Drunk campers fined for vomit as ‘wildlife attractant’ in Banff

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A group of drunken Australians camping in Banff National Park this summer were fined $400 for leaving a messy campsite, including a pile of vomit that could have potentially attracted wildlife.

Australian Joshua Somerville pleaded guilty to the charge of contravening regulations of the National Parks Act in Canmore Provincial Court, Nov. 15.

Crown prosecutor Anita Szabo told Judge M. Tyndale that park wardens responding to a complaint from campground staff found a campsite littered with alcohol containers and the vomit, which she characterized as having the potential to attract wildlife.

Tyndale questioned whether a “pile of vomit” was a wildlife concern, but Szabo said anything that could attract an animal in the national park is concerning.

In the summer of 2016, for example, two wolves were killed by Parks Canada staff after they accessed food attractants in Banff campgrounds. In one of those incidents the wolf ate dried rice thrown by a church group as an offering to nature, and another ate seafood waste, including shrimp, out of the campfire. Both incidents resulted in $1,000 fines.

Illegal camping fines were handed out to Sheldon Martens by the judge as well, $300 for illegal camping and $200 for having a fire.

Szabo said wardens were informed of illegal campers at Rockbound Lake in Banff National Park on Sept. 17. Wardens had to use a helicopter to fly into the remote site, she said, because overnight camping is not permitted in that location.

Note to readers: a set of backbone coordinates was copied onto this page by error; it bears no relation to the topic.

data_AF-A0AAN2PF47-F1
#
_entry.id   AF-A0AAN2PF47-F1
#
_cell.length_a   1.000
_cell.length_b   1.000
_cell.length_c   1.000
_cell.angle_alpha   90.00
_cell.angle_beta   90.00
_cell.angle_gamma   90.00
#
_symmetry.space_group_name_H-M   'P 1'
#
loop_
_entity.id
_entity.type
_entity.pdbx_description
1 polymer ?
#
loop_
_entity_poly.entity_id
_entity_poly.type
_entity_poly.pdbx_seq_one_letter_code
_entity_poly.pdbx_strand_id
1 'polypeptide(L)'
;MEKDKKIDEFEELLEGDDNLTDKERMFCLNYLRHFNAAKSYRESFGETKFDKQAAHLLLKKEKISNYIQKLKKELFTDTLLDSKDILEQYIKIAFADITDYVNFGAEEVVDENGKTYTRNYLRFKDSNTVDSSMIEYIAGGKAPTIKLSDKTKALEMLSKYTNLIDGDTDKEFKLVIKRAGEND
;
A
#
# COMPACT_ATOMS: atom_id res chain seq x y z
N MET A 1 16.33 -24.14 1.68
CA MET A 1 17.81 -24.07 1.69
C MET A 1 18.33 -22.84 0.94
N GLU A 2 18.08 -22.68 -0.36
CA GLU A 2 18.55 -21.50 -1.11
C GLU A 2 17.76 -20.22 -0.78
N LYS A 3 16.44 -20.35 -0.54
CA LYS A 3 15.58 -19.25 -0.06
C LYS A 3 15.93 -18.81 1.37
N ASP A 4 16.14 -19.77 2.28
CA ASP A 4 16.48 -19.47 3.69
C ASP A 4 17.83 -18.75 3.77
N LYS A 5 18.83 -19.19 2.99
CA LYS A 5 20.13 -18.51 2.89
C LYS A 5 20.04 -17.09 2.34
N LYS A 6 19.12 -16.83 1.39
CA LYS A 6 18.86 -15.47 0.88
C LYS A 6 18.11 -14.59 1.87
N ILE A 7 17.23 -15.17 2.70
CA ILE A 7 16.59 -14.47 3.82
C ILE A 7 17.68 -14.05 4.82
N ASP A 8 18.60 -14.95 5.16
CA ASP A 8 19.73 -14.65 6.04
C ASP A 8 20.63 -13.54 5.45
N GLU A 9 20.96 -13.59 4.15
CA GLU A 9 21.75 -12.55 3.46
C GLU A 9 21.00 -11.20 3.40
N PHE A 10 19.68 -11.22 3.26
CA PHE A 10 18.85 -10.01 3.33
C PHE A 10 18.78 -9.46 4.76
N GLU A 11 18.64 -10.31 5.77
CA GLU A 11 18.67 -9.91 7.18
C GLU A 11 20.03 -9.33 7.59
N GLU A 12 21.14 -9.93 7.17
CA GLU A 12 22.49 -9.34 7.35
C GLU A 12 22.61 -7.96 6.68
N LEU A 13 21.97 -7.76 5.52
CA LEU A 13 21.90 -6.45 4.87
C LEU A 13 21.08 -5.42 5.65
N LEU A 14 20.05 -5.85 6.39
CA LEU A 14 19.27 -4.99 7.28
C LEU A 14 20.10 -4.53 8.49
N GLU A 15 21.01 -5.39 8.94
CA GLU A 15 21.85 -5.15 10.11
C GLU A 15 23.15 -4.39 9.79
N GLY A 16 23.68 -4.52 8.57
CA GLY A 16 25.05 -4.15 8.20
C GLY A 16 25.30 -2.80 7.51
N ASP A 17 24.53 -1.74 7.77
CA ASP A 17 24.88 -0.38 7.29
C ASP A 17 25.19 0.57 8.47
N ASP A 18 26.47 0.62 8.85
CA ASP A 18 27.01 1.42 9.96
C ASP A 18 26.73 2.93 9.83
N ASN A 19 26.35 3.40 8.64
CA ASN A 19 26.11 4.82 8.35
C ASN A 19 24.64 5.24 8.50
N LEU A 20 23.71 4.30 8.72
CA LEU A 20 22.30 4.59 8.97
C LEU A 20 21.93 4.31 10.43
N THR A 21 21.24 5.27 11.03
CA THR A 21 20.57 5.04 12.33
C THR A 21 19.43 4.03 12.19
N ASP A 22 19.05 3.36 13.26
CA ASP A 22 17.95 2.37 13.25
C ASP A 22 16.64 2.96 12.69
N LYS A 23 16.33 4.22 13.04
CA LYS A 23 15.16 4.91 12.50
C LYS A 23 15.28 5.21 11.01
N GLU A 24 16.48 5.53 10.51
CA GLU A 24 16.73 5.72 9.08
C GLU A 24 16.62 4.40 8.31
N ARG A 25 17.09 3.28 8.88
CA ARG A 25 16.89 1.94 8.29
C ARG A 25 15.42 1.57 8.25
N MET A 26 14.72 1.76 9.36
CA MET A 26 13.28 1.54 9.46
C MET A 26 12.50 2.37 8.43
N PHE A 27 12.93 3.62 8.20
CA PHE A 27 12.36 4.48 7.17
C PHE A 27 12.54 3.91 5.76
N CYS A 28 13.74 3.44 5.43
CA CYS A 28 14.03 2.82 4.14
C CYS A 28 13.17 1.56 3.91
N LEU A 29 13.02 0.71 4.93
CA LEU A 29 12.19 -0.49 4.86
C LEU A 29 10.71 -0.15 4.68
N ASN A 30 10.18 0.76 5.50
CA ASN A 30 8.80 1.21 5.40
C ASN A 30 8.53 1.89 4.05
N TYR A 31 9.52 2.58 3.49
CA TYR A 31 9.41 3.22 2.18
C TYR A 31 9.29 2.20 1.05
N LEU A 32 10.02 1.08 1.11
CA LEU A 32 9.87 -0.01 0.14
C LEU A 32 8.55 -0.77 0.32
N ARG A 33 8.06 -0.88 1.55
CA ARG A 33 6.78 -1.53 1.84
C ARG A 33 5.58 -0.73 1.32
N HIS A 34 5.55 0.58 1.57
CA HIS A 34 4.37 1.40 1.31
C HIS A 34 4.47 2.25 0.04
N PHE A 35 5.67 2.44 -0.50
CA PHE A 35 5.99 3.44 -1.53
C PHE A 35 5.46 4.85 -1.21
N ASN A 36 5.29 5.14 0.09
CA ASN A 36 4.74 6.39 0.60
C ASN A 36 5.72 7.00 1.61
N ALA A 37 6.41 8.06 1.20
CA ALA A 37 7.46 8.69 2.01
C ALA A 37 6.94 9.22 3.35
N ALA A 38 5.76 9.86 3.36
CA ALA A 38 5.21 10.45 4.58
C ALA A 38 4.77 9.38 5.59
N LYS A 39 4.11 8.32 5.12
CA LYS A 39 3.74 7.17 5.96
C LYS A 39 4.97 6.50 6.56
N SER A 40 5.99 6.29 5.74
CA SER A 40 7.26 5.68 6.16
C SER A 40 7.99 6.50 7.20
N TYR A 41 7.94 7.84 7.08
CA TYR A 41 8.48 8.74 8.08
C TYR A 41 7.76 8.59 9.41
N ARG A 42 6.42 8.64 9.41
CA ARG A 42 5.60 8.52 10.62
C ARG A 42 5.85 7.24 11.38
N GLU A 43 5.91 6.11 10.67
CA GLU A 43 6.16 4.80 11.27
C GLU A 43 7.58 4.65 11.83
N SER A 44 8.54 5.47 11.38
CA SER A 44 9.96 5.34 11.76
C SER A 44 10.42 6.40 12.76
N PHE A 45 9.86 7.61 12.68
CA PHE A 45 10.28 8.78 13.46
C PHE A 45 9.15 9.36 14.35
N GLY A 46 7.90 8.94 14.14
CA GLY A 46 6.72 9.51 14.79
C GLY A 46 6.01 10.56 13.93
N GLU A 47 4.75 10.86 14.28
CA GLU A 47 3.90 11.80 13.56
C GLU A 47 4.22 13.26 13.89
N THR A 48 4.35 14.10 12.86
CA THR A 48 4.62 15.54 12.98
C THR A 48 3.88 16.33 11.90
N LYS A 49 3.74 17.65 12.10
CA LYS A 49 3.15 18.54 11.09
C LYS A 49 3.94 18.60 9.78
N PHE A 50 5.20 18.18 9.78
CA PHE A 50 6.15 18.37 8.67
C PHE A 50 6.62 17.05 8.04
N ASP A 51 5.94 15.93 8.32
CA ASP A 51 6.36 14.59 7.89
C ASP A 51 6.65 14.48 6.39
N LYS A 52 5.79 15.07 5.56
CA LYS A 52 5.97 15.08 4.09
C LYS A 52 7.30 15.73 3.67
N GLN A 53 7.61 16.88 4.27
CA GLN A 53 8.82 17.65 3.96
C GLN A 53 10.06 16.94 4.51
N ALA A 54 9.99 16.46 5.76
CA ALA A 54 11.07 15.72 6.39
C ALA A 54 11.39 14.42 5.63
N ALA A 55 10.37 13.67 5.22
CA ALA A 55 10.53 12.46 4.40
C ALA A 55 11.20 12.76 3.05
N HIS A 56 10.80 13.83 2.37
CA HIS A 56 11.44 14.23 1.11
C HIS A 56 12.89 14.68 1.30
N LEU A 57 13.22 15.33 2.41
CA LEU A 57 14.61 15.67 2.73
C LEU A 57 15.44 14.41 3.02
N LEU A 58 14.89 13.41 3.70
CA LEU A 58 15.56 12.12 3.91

“There is no camping there, sir, so as a result they had to do a helicopter search,” Szabo said. “Martens indicated the idea to camp was his and he accepted responsibility for the group and the illegal fire.”

The incident did not occur during a fire ban, noted the Crown, hence the lower fine than the $1,000 illegal campers with fires have been receiving so far this year.

Tourist Christoph Blecker pleaded guilty to illegal camping as well, but the incident he was involved in in August involved an RV parked overnight along Bow Valley Parkway.

Szabo told the judge wardens were advised of the illegal camping in a pullout along the scenic route in Banff National Park. The RV was noted to have an SUV in tow behind it as well.

She said the occupants refused to open the door to the warden, swore at them and indicated they would not respect their authority.

But Szabo said the law enforcement arm of the federal agency returned to the site later that day when the occupants had left in the SUV, and they towed the camper and charged Blecker with contravening regulations of the National Parks Act.

The judge issued a $400 fine for the offence.

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